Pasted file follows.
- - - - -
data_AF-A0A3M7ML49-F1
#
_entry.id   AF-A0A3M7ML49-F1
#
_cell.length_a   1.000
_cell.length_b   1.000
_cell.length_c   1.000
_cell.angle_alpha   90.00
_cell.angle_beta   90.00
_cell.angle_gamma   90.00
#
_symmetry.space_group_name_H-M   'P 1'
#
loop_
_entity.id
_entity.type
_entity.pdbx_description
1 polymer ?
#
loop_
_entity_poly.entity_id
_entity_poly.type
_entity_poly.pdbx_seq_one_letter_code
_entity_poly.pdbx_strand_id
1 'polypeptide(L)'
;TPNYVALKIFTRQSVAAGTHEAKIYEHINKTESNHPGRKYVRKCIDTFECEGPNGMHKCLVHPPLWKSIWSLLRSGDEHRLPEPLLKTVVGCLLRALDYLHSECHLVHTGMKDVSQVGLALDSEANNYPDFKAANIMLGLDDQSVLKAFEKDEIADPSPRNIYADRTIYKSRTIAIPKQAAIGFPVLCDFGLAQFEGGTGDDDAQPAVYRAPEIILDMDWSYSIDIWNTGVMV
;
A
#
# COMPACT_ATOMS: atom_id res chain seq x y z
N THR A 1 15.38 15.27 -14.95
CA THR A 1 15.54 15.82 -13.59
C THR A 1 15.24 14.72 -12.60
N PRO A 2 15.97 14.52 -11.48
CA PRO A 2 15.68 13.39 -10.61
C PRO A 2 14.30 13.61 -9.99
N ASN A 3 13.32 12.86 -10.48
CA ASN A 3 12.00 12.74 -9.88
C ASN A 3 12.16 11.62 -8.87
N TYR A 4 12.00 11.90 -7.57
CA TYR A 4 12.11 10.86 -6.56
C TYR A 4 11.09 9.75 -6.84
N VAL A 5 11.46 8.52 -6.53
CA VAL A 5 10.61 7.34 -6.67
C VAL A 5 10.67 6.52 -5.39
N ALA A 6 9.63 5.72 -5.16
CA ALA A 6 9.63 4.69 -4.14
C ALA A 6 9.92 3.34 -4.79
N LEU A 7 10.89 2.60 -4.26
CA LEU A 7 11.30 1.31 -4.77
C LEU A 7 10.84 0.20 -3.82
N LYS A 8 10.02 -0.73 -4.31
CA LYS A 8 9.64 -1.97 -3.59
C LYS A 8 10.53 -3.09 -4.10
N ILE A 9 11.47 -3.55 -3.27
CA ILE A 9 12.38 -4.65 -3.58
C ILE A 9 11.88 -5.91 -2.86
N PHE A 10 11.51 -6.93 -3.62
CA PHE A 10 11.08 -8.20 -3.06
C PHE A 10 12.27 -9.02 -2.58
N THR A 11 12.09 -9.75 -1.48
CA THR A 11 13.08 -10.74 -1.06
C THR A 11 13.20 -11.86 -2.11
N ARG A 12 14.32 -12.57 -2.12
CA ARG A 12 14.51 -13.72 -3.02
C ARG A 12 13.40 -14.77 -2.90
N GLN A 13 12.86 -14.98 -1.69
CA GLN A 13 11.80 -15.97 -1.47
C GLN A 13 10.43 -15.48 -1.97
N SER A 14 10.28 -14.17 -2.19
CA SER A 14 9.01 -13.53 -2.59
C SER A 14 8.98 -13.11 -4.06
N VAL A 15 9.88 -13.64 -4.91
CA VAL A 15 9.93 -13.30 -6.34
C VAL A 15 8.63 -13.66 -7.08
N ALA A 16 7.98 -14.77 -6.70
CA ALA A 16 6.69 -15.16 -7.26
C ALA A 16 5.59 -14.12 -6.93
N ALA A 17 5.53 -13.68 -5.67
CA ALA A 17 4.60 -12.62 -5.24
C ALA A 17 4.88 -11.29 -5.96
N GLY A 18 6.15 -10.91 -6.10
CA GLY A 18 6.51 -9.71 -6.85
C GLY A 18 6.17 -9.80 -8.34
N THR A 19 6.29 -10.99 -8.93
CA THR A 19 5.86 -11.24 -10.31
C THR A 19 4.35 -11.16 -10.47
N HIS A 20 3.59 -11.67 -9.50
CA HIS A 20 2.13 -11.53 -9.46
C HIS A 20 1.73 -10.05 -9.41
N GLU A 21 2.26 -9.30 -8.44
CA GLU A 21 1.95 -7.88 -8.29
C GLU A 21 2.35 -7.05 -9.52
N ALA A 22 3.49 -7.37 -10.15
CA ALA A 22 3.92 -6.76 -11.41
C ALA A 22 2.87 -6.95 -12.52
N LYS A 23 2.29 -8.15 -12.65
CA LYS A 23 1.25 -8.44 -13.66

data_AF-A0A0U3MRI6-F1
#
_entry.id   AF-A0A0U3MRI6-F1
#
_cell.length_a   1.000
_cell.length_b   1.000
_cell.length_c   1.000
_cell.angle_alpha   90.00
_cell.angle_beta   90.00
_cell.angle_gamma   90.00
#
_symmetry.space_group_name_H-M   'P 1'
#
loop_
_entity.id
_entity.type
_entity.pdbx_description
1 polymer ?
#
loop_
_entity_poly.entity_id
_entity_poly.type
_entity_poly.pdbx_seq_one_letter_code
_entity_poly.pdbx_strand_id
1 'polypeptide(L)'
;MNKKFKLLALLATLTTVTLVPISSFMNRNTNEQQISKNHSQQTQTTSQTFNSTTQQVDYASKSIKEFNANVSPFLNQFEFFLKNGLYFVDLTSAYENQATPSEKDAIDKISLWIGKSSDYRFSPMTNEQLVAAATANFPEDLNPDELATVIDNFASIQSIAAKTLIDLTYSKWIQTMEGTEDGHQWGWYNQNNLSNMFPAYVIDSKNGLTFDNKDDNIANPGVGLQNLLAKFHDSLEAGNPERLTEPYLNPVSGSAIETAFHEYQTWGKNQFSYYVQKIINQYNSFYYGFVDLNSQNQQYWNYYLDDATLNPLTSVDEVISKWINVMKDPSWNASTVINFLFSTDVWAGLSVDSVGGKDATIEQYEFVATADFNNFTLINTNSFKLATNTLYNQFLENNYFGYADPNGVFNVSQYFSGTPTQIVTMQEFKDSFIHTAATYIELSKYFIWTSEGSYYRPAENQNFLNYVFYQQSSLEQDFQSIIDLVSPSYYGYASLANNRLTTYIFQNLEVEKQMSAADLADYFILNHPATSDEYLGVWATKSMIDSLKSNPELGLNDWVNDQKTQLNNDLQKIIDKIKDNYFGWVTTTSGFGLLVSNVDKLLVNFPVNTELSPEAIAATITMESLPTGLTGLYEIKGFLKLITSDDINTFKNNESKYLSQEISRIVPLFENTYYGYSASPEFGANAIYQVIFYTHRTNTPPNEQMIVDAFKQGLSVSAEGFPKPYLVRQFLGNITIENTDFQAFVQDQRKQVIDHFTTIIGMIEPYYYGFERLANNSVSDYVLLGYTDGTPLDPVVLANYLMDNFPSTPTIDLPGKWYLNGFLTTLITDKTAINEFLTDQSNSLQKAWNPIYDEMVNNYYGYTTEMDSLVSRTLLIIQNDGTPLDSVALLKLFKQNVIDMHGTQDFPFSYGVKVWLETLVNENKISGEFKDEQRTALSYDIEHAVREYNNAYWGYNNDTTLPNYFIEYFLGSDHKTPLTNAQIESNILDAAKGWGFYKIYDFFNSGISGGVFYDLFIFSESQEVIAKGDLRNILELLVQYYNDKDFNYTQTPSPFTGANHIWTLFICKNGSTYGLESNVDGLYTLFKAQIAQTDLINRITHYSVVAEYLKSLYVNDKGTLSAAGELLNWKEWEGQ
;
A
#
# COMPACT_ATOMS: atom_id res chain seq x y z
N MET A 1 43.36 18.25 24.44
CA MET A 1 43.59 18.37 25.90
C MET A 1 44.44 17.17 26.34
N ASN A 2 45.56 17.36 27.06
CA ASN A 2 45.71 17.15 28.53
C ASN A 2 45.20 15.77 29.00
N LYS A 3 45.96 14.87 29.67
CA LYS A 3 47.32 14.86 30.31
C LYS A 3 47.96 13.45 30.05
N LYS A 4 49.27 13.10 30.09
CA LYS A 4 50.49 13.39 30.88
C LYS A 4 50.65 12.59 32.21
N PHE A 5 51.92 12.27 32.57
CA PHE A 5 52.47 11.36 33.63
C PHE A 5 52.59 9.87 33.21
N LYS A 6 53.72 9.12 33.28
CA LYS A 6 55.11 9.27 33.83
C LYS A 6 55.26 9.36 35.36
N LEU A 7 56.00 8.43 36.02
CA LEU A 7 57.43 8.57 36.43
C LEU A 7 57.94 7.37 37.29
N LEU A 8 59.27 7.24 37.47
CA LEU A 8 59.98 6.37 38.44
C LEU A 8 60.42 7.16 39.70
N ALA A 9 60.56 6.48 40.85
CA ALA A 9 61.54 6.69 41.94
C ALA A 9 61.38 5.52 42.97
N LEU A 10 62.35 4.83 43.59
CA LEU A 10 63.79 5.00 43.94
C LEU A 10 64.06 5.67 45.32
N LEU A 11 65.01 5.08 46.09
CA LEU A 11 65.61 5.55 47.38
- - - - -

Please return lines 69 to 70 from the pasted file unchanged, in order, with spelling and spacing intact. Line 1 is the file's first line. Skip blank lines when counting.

C GLN A 13 10.43 -15.48 -1.97
N SER A 14 10.28 -14.17 -2.19